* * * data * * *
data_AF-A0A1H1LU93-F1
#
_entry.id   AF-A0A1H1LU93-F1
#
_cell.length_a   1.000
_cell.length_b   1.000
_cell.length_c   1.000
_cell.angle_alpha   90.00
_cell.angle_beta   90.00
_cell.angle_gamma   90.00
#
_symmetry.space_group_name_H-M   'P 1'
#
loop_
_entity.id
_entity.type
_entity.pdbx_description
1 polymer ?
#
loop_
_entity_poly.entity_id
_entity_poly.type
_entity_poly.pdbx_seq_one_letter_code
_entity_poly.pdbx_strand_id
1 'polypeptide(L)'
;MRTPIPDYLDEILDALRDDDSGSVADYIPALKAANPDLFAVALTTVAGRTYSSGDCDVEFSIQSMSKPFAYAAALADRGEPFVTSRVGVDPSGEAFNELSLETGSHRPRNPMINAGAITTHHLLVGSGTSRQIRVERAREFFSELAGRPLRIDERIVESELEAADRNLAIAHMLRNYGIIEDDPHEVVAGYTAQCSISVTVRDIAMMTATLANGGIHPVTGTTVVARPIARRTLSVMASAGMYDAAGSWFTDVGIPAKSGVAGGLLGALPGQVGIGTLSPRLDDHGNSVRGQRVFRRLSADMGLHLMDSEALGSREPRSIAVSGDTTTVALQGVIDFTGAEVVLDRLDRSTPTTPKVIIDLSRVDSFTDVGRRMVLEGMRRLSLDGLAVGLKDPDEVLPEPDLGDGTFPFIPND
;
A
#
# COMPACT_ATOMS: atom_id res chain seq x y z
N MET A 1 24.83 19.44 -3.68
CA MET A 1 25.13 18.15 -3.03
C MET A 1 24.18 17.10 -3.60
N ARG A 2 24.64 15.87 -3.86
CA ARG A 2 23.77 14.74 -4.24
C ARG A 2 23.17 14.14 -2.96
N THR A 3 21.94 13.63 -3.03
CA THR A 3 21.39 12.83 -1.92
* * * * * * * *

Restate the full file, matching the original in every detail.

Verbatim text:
data_AF-A0A1H1LU93-F1
#
_entry.id   AF-A0A1H1LU93-F1
#
_cell.length_a   1.000
_cell.length_b   1.000
_cell.length_c   1.000
_cell.angle_alpha   90.00
_cell.angle_beta   90.00
_cell.angle_gamma   90.00
#
_symmetry.space_group_name_H-M   'P 1'
#
loop_
_entity.id
_entity.type
_entity.pdbx_description
1 polymer ?
#
loop_
_entity_poly.entity_id
_entity_poly.type
_entity_poly.pdbx_seq_one_letter_code
_entity_poly.pdbx_strand_id
1 'polypeptide(L)'
;MRTPIPDYLDEILDALRDDDSGSVADYIPALKAANPDLFAVALTTVAGRTYSSGDCDVEFSIQSMSKPFAYAAALADRGEPFVTSRVGVDPSGEAFNELSLETGSHRPRNPMINAGAITTHHLLVGSGTSRQIRVERAREFFSELAGRPLRIDERIVESELEAADRNLAIAHMLRNYGIIEDDPHEVVAGYTAQCSISVTVRDIAMMTATLANGGIHPVTGTTVVARPIARRTLSVMASAGMYDAAGSWFTDVGIPAKSGVAGGLLGALPGQVGIGTLSPRLDDHGNSVRGQRVFRRLSADMGLHLMDSEALGSREPRSIAVSGDTTTVALQGVIDFTGAEVVLDRLDRSTPTTPKVIIDLSRVDSFTDVGRRMVLEGMRRLSLDGLAVGLKDPDEVLPEPDLGDGTFPFIPND
;
A
#
# COMPACT_ATOMS: atom_id res chain seq x y z
N MET A 1 24.83 19.44 -3.68
CA MET A 1 25.13 18.15 -3.03
C MET A 1 24.18 17.10 -3.60
N ARG A 2 24.64 15.87 -3.86
CA ARG A 2 23.77 14.74 -4.24
C ARG A 2 23.17 14.14 -2.96
N THR A 3 21.94 13.63 -3.03
CA THR A 3 21.39 12.83 -1.92